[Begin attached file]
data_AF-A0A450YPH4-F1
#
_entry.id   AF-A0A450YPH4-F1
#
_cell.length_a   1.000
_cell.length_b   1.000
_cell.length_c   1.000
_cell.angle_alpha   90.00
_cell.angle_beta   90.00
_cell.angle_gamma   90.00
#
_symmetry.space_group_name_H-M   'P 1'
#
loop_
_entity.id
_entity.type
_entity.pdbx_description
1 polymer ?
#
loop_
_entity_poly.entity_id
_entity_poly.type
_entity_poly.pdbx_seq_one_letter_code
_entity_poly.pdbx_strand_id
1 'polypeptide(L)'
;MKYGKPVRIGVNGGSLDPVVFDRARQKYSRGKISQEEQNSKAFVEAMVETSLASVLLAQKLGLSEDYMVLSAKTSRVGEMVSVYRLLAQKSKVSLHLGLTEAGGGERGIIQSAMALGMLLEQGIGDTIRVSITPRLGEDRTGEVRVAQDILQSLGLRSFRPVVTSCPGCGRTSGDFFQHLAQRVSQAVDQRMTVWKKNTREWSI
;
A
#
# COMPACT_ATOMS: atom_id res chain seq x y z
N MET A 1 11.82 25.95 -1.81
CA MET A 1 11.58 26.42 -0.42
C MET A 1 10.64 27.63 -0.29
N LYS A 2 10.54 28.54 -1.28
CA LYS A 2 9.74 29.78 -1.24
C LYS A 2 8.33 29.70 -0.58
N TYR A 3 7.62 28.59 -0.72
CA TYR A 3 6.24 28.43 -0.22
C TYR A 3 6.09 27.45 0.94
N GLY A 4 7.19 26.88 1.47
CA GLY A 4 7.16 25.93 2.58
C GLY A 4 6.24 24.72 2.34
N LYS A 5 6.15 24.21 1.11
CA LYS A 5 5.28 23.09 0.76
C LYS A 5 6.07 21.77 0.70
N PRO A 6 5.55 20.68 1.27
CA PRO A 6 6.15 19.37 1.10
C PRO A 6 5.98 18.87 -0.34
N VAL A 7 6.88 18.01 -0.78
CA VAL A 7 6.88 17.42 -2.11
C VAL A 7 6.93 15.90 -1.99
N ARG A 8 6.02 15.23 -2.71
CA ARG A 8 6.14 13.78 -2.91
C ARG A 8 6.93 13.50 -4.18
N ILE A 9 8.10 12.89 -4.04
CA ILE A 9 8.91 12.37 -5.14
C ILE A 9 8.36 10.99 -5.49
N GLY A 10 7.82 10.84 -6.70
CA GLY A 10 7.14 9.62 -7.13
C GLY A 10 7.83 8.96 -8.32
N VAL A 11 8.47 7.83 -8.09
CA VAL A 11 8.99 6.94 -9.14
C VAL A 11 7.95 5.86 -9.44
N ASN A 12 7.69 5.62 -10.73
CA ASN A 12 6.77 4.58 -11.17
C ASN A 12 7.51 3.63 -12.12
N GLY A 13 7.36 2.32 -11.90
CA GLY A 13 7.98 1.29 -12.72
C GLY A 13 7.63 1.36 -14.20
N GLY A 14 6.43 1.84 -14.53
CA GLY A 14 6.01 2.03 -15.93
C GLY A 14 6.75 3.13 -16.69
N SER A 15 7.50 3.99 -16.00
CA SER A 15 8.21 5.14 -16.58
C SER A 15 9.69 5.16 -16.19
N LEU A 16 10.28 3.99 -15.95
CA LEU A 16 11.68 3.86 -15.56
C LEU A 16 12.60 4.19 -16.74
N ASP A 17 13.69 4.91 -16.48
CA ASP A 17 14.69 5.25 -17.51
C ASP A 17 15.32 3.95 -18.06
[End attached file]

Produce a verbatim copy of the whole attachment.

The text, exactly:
data_AF-A0A450YPH4-F1
#
_entry.id   AF-A0A450YPH4-F1
#
_cell.length_a   1.000
_cell.length_b   1.000
_cell.length_c   1.000
_cell.angle_alpha   90.00
_cell.angle_beta   90.00
_cell.angle_gamma   90.00
#
_symmetry.space_group_name_H-M   'P 1'
#
loop_
_entity.id
_entity.type
_entity.pdbx_description
1 polymer ?
#
loop_
_entity_poly.entity_id
_entity_poly.type
_entity_poly.pdbx_seq_one_letter_code
_entity_poly.pdbx_strand_id
1 'polypeptide(L)'
;MKYGKPVRIGVNGGSLDPVVFDRARQKYSRGKISQEEQNSKAFVEAMVETSLASVLLAQKLGLSEDYMVLSAKTSRVGEMVSVYRLLAQKSKVSLHLGLTEAGGGERGIIQSAMALGMLLEQGIGDTIRVSITPRLGEDRTGEVRVAQDILQSLGLRSFRPVVTSCPGCGRTSGDFFQHLAQRVSQAVDQRMTVWKKNTREWSI
;
A
#
# COMPACT_ATOMS: atom_id res chain seq x y z
N MET A 1 11.82 25.95 -1.81
CA MET A 1 11.58 26.42 -0.42
C MET A 1 10.64 27.63 -0.29
N LYS A 2 10.54 28.54 -1.28
CA LYS A 2 9.74 29.78 -1.24
C LYS A 2 8.33 29.70 -0.58
N TYR A 3 7.62 28.59 -0.72
CA TYR A 3 6.24 28.43 -0.22
C TYR A 3 6.09 27.45 0.94
N GLY A 4 7.19 26.88 1.47
CA GLY A 4 7.16 25.93 2.58
C GLY A 4 6.24 24.72 2.34
N LYS A 5 6.15 24.21 1.11
CA LYS A 5 5.28 23.09 0.76
C LYS A 5 6.07 21.77 0.70
N PRO A 6 5.55 20.68 1.27
CA PRO A 6 6.15 19.37 1.10
C PRO A 6 5.98 18.87 -0.34
N VAL A 7 6.88 18.01 -0.78
CA VAL A 7 6.88 17.42 -2.11
C VAL A 7 6.93 15.90 -1.99
N ARG A 8 6.02 15.23 -2.71
CA ARG A 8 6.14 13.78 -2.91
C ARG A 8 6.93 13.50 -4.18
N ILE A 9 8.10 12.89 -4.04
CA ILE A 9 8.91 12.37 -5.14
C ILE A 9 8.36 10.99 -5.49
N GLY A 10 7.82 10.84 -6.70
CA GLY A 10 7.14 9.62 -7.13
C GLY A 10 7.83 8.96 -8.32
N VAL A 11 8.47 7.83 -8.09
CA VAL A 11 8.99 6.94 -9.14
C VAL A 11 7.95 5.86 -9.44
N ASN A 12 7.69 5.62 -10.73
CA ASN A 12 6.77 4.58 -11.17
C ASN A 12 7.51 3.63 -12.12
N GLY A 13 7.36 2.32 -11.90
CA GLY A 13 7.98 1.29 -12.72
C GLY A 13 7.63 1.36 -14.20
N GLY A 14 6.43 1.84 -14.53
CA GLY A 14 6.01 2.03 -15.93
C GLY A 14 6.75 3.13 -16.69
N SER A 15 7.50 3.99 -16.00
CA SER A 15 8.21 5.14 -16.58
C SER A 15 9.69 5.16 -16.19
N LEU A 16 10.28 3.99 -15.95
CA LEU A 16 11.68 3.86 -15.56
C LEU A 16 12.60 4.19 -16.74
N ASP A 17 13.69 4.91 -16.48
CA ASP A 17 14.69 5.25 -17.51
C ASP A 17 15.32 3.95 -18.06